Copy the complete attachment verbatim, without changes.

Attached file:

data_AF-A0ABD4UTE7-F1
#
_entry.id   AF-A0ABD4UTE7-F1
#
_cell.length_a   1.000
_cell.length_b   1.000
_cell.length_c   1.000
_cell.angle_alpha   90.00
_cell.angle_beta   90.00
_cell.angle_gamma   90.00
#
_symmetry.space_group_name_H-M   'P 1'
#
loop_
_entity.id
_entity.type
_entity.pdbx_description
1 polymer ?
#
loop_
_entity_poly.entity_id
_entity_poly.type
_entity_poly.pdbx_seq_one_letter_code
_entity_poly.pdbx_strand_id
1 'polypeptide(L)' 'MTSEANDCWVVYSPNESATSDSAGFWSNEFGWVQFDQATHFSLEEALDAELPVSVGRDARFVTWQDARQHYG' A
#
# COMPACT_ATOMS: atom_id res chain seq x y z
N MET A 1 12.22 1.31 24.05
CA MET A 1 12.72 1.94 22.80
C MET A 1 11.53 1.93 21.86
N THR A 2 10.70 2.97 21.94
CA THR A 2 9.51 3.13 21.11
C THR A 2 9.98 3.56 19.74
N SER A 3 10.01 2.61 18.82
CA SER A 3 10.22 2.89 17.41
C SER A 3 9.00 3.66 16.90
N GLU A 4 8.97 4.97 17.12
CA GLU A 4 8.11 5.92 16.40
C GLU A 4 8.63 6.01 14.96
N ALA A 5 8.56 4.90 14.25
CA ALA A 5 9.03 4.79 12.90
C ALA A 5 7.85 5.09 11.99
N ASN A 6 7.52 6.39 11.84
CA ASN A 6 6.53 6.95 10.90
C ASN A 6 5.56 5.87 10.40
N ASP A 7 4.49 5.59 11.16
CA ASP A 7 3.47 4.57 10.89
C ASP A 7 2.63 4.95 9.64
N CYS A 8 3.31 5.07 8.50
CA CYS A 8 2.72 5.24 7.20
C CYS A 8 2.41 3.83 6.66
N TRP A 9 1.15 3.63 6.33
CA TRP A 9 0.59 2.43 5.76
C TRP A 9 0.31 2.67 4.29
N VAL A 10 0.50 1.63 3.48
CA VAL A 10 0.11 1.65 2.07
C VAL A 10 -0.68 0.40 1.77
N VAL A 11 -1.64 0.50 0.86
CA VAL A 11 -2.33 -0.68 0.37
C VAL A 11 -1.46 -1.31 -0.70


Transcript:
data_AF-A0ABD4UTE7-F1
#
_entry.id   AF-A0ABD4UTE7-F1
#
_cell.length_a   1.000
_cell.length_b   1.000
_cell.length_c   1.000
_cell.angle_alpha   90.00
_cell.angle_beta   90.00
_cell.angle_gamma   90.00
#
_symmetry.space_group_name_H-M   'P 1'
#
loop_
_entity.id
_entity.type
_entity.pdbx_description
1 polymer ?
#
loop_
_entity_poly.entity_id
_entity_poly.type
_entity_poly.pdbx_seq_one_letter_code
_entity_poly.pdbx_strand_id
1 'polypeptide(L)' 'MTSEANDCWVVYSPNESATSDSAGFWSNEFGWVQFDQATHFSLEEALDAELPVSVGRDARFVTWQDARQHYG' A
#
# COMPACT_ATOMS: atom_id res chain seq x y z
N MET A 1 12.22 1.31 24.05
CA MET A 1 12.72 1.94 22.80
C MET A 1 11.53 1.93 21.86
N THR A 2 10.70 2.97 21.94
CA THR A 2 9.51 3.13 21.11
C THR A 2 9.98 3.56 19.74
N SER A 3 10.01 2.61 18.82
CA SER A 3 10.22 2.89 17.41
C SER A 3 9.00 3.66 16.90
N GLU A 4 8.97 4.97 17.12
CA GLU A 4 8.11 5.92 16.40
C GLU A 4 8.63 6.01 14.96
N ALA A 5 8.56 4.90 14.25
CA ALA A 5 9.03 4.79 12.90
C ALA A 5 7.85 5.09 11.99
N ASN A 6 7.52 6.39 11.84
CA ASN A 6 6.53 6.95 10.90
C ASN A 6 5.56 5.87 10.40
N ASP A 7 4.49 5.59 11.16
CA ASP A 7 3.47 4.57 10.89
C ASP A 7 2.63 4.95 9.64
N CYS A 8 3.31 5.07 8.50
CA CYS A 8 2.72 5.24 7.20
C CYS A 8 2.41 3.83 6.66
N TRP A 9 1.15 3.63 6.33
CA TRP A 9 0.59 2.43 5.76
C TRP A 9 0.31 2.67 4.29
N VAL A 10 0.50 1.63 3.48
CA VAL A 10 0.11 1.65 2.07
C VAL A 10 -0.68 0.40 1.77
N VAL A 11 -1.64 0.50 0.86
CA VAL A 11 -2.33 -0.68 0.37
C VAL A 11 -1.46 -1.31 -0.70